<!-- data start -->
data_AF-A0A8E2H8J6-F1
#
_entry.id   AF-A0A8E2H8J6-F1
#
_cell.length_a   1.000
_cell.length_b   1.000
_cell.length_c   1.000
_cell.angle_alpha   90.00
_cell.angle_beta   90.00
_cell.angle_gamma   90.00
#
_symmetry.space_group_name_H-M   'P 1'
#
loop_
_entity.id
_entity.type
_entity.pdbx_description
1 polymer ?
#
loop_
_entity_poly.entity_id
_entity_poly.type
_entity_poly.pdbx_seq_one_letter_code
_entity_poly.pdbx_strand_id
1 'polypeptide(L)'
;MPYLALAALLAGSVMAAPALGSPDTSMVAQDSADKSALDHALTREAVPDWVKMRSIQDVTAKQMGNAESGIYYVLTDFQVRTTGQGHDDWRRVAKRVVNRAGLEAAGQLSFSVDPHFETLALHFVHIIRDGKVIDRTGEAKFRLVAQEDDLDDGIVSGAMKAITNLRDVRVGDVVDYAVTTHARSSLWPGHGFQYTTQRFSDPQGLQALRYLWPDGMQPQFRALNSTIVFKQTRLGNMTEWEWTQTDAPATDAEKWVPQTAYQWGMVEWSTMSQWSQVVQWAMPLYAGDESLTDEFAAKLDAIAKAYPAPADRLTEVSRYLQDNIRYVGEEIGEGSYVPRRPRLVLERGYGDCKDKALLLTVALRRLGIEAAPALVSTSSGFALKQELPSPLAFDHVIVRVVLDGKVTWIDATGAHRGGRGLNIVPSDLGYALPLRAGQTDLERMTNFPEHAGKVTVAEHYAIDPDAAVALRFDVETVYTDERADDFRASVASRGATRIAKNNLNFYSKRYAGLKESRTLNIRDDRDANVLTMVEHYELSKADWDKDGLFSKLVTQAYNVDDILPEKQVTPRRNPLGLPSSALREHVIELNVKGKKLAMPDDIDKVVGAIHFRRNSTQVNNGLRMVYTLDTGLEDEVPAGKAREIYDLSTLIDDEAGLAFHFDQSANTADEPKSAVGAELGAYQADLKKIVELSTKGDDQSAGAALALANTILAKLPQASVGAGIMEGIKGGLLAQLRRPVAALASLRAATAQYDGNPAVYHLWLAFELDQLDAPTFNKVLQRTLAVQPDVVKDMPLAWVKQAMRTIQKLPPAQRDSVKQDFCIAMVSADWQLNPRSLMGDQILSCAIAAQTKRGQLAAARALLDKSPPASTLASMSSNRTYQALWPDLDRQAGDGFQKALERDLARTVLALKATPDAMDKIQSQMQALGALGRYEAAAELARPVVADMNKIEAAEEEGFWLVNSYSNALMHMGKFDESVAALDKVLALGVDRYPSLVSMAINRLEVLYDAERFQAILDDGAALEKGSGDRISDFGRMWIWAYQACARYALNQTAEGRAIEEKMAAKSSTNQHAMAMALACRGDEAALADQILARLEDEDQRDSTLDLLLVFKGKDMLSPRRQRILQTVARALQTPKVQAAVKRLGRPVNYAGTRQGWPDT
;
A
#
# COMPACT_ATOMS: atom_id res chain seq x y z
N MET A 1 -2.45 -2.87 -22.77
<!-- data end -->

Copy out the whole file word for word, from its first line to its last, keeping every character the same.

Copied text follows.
data_AF-A0A8E2H8J6-F1
#
_entry.id   AF-A0A8E2H8J6-F1
#
_cell.length_a   1.000
_cell.length_b   1.000
_cell.length_c   1.000
_cell.angle_alpha   90.00
_cell.angle_beta   90.00
_cell.angle_gamma   90.00
#
_symmetry.space_group_name_H-M   'P 1'
#
loop_
_entity.id
_entity.type
_entity.pdbx_description
1 polymer ?
#
loop_
_entity_poly.entity_id
_entity_poly.type
_entity_poly.pdbx_seq_one_letter_code
_entity_poly.pdbx_strand_id
1 'polypeptide(L)'
;MPYLALAALLAGSVMAAPALGSPDTSMVAQDSADKSALDHALTREAVPDWVKMRSIQDVTAKQMGNAESGIYYVLTDFQVRTTGQGHDDWRRVAKRVVNRAGLEAAGQLSFSVDPHFETLALHFVHIIRDGKVIDRTGEAKFRLVAQEDDLDDGIVSGAMKAITNLRDVRVGDVVDYAVTTHARSSLWPGHGFQYTTQRFSDPQGLQALRYLWPDGMQPQFRALNSTIVFKQTRLGNMTEWEWTQTDAPATDAEKWVPQTAYQWGMVEWSTMSQWSQVVQWAMPLYAGDESLTDEFAAKLDAIAKAYPAPADRLTEVSRYLQDNIRYVGEEIGEGSYVPRRPRLVLERGYGDCKDKALLLTVALRRLGIEAAPALVSTSSGFALKQELPSPLAFDHVIVRVVLDGKVTWIDATGAHRGGRGLNIVPSDLGYALPLRAGQTDLERMTNFPEHAGKVTVAEHYAIDPDAAVALRFDVETVYTDERADDFRASVASRGATRIAKNNLNFYSKRYAGLKESRTLNIRDDRDANVLTMVEHYELSKADWDKDGLFSKLVTQAYNVDDILPEKQVTPRRNPLGLPSSALREHVIELNVKGKKLAMPDDIDKVVGAIHFRRNSTQVNNGLRMVYTLDTGLEDEVPAGKAREIYDLSTLIDDEAGLAFHFDQSANTADEPKSAVGAELGAYQADLKKIVELSTKGDDQSAGAALALANTILAKLPQASVGAGIMEGIKGGLLAQLRRPVAALASLRAATAQYDGNPAVYHLWLAFELDQLDAPTFNKVLQRTLAVQPDVVKDMPLAWVKQAMRTIQKLPPAQRDSVKQDFCIAMVSADWQLNPRSLMGDQILSCAIAAQTKRGQLAAARALLDKSPPASTLASMSSNRTYQALWPDLDRQAGDGFQKALERDLARTVLALKATPDAMDKIQSQMQALGALGRYEAAAELARPVVADMNKIEAAEEEGFWLVNSYSNALMHMGKFDESVAALDKVLALGVDRYPSLVSMAINRLEVLYDAERFQAILDDGAALEKGSGDRISDFGRMWIWAYQACARYALNQTAEGRAIEEKMAAKSSTNQHAMAMALACRGDEAALADQILARLEDEDQRDSTLDLLLVFKGKDMLSPRRQRILQTVARALQTPKVQAAVKRLGRPVNYAGTRQGWPDT
;
A
#
# COMPACT_ATOMS: atom_id res chain seq x y z
N MET A 1 -2.45 -2.87 -22.77